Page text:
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Deputy Prime Minister - Role and responsibilities

DPM folder; Crown copyright

The Deputy Prime Minister (DPM) is the deputy head of Government and has special responsibility for political and constitutional reform. He is also Lord President of the Privy Council.

The DPM takes a full overview of the business of government and maintains a range of strategic interests across government policy. In close cooperation with the Prime Minister, he is responsible for the policy and decisions of the Government as a whole and is as a result consulted in any decision involving the Prime Minister. As co-chair of the Coalition Committee, the DPM is jointly responsible for the functioning of the coalition and the implementation of the Programme for Government

The DPM has significant responsibilities in other key Cabinet Sub-Committees, notably chairing the Home Affairs Committee which coordinates domestic policy issues including those relating to constitutional and political reform, migration, health, schools and welfare. 

The DPM has an important foreign policy role, with responsibility for building a range of strategic relationships in Europe and across the world and for championing the Government’s commitment to the Millennium Development Goals. He is also Deputy Chair of the National Security Council which oversees all aspects of the nation’s security.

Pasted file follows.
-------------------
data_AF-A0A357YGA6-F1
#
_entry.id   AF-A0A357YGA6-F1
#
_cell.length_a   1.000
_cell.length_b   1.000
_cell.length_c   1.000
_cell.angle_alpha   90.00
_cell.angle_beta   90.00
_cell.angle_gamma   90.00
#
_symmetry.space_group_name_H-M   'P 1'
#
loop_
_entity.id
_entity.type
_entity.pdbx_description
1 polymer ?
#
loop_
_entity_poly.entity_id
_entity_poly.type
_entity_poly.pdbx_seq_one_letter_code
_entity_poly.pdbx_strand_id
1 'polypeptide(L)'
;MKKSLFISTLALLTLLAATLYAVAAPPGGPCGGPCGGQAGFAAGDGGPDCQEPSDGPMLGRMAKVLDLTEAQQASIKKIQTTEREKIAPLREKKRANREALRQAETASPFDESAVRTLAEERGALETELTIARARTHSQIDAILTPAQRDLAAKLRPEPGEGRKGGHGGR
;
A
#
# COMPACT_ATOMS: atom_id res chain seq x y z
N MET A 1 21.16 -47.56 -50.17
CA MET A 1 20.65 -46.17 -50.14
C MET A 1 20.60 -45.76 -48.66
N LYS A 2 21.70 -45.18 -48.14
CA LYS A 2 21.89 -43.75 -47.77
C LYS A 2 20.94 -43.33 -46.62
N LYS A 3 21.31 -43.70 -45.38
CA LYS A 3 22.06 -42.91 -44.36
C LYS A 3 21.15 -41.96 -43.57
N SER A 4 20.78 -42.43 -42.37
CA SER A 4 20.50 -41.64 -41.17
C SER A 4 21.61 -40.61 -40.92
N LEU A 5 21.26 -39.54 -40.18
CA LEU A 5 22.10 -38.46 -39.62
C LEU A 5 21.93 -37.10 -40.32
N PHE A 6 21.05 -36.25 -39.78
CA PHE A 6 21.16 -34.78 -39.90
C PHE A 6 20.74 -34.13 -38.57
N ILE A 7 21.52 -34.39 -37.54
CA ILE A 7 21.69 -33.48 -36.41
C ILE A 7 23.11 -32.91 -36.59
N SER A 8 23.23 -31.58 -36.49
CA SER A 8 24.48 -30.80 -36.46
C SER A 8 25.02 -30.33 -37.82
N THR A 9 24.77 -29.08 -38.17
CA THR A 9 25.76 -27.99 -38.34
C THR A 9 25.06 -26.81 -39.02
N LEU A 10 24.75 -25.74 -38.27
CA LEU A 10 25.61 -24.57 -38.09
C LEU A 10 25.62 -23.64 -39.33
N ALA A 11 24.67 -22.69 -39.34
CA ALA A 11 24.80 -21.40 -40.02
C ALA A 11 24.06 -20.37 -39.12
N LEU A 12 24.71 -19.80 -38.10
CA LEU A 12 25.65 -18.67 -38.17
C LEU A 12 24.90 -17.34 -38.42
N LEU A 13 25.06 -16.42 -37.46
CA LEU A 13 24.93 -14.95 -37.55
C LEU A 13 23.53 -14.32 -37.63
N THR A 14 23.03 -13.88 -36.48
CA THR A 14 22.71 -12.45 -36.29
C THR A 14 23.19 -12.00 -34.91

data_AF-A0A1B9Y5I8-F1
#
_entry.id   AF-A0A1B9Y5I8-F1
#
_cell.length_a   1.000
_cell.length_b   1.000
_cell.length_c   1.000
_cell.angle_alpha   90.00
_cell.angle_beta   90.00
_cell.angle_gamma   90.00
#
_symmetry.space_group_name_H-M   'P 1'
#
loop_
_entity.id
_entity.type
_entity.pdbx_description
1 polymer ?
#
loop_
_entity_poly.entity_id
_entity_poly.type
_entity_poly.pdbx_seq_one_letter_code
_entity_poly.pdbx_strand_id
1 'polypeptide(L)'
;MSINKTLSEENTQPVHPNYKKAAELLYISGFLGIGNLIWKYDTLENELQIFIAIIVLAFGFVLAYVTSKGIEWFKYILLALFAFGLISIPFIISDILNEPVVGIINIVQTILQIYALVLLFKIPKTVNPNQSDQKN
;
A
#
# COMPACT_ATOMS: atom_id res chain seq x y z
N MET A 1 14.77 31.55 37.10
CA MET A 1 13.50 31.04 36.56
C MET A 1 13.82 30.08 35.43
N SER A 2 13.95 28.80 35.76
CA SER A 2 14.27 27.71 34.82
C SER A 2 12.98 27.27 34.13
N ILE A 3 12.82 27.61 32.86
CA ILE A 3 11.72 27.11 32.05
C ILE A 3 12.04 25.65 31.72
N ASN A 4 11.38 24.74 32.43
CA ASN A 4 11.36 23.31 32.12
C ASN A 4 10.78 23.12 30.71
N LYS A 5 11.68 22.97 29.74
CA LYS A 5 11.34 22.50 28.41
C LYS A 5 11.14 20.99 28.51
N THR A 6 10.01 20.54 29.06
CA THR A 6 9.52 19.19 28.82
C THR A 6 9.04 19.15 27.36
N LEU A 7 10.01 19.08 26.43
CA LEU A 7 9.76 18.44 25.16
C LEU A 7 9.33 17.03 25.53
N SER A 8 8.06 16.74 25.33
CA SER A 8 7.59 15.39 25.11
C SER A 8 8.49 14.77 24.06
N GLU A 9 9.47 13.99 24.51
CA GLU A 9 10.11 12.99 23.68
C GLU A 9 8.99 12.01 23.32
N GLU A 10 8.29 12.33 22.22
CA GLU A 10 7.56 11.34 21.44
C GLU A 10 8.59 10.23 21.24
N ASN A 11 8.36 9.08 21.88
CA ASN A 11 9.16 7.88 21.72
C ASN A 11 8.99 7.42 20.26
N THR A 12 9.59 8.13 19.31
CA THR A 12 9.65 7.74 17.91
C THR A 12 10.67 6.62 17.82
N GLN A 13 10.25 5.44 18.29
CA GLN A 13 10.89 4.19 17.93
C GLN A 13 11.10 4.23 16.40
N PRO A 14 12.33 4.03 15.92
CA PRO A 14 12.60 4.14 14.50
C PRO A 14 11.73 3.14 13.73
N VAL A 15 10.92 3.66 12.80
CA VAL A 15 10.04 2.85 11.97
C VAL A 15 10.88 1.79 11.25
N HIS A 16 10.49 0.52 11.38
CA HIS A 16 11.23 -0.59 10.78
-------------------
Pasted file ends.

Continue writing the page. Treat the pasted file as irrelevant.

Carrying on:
The DPM is leading the Government’s programme to bring about comprehensive renewal of our political system. This will include legislation to:

  • introduce fixed term Parliaments
  • hold a referendum on the Alternative Vote system for elections to the House of Commons
  • create fewer and more equal sized parliamentary constituencies
  • introduce a power for people to recall their MP
  • speed up implementation of individual voter registration
  • reform party funding
  • introduce a statutory register of lobbyists 
  • to help people with disabilities to become MPs. 

The DPM will lead the Government’s consideration of devolution matters and the development of proposals for a wholly or mainly elected House of Lords. 

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